How much should I spend on the vet? Of course the answer is as little as possible. However, this is only correct when the health of the dairy animal and the profit of the business is not compromised.
Factors that influence how much should be spent include:
- Cow type and management
- Stockmanship (knowledge and capability)
- The calibre of the vet
Available dairy industry data indicate a vet spend (drugs and labour) range of 0.4p/litre to 1.8p/litre a cow – this can range from £22/cow to £160+/cow.
This range is huge and while it may be feasible for a dairy business owner to recruit a team of “milkers” and support them with paid veterinary intervention as the main source of stockmanship, this could be a very expensive practice.
On most dairy farms the key actions for a vet is to be proactive and up-skilling and encouraging on-farm stockmanship.
Cow type and management
The breeding of the cow in many cases must fit the production and management system to minimise health issues – for example, a purebred Holstein on an all-grass grazing system is not likely to succeed, nor may a cross-bred Jersey suit a high-yielding system.
Cross-breeding can improve cow health and reduce vet costs through hybrid vigour; it is excellent for fertility and can deliver a more robust cow that can better fight off infection and disease.
The greater the yield a cow, the more likely the requirement for veterinary intervention and cow health challenges, since more energy is used for production rather than maintenance and good fertility.
Maintaining quality stockmanship
Give the herdsman time to learn, observe and practice animal health routines and protocols. There are three key times for cow health observations:
- in the parlour
- in the paddock (or shed)
- walking between the parlour and the paddock
The stockmen must not be under time pressure while being expected to observe during the above periods.
It is disappointing that third parties believe farmers need educating on areas such as locomotion/lameness/mastitis control.
All dairy farmers recognise that a sick cow represents higher costs and loss of income. They do not need reminding, they need proactive solutions and encouragement.
Our vet practice [Rutland Vets] is not secretive about what its vets do on farm. They run proactive training courses and encourage more ownership of health issues on farm.
The vets work on the basis that a low vet cost a litre and a cow (provided health is not compromised) will result in a profitable, sustainable dairy farm that in turn underwrites the vet business and encourages growth.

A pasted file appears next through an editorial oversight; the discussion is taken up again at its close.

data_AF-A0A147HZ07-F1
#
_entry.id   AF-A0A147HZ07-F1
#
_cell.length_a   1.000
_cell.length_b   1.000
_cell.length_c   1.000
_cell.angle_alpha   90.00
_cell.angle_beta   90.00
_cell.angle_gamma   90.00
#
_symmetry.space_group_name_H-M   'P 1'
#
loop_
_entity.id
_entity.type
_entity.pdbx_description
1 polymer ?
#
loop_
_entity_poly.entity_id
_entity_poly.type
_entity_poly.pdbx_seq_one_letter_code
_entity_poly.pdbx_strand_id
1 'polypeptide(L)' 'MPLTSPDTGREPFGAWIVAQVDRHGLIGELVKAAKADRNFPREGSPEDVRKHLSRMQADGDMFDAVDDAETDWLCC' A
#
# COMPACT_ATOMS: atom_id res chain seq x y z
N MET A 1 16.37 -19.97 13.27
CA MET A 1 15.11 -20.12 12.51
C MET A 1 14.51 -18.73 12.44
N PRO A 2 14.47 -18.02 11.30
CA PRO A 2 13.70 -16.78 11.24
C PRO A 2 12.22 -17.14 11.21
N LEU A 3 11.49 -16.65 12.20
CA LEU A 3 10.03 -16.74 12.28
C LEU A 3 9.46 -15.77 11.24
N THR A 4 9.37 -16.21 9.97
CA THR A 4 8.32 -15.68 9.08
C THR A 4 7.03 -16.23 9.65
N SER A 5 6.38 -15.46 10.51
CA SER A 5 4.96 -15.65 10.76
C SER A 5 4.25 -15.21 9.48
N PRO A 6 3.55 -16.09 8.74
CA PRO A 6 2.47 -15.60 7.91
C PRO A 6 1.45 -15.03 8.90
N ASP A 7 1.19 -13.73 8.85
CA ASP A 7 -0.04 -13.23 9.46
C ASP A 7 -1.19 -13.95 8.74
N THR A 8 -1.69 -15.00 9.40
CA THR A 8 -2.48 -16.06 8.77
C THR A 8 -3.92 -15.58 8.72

Too often vets try to take over the responsibilities and actions that are best placed in the hands of the on-farm stockman.
Herdsmen coaching and support via discussion groups allow crossover of ideas and experiences. This in turn encourages confidence and ownership, resulting in less cost and more timely intervention.
Maintaining a normal healthy cow and/or heifers will give them the best opportunity to fight off diseases and infections.
Vaccination programmes should only result where there is a high probability of risk – possibly due to mixing of stock from more than one holding – when buying in, for example – or animals that come into close proximity with others on another holding.
Use of sentinel groups is a positive proactive solution to identifying the level of disease present in any group of animals and the disease control strategy required.
Early isolation of purchased stock will undoubtedly minimise the risk of disease transfer by allowing the animals to settle into a new environment with less challenges.
If milk is used for on-farm consumption or processing, it may be wise to vaccinate for leptospirosis to minimise risk of infection.
Overall, using less drugs and seeing the vet less frequently no doubt will reduce your vet costs, but for how long?
If the skills are on the farm and match the demands of the animal, a dairy farm business is more likely to have a good long-term relationship with the vet, along with a proactive annual review that ensures all involved achieve the one goal that gives the maximum cure rate – a happy cow.
Tony Evans is head of dairy business consultancy at The Andersons Centre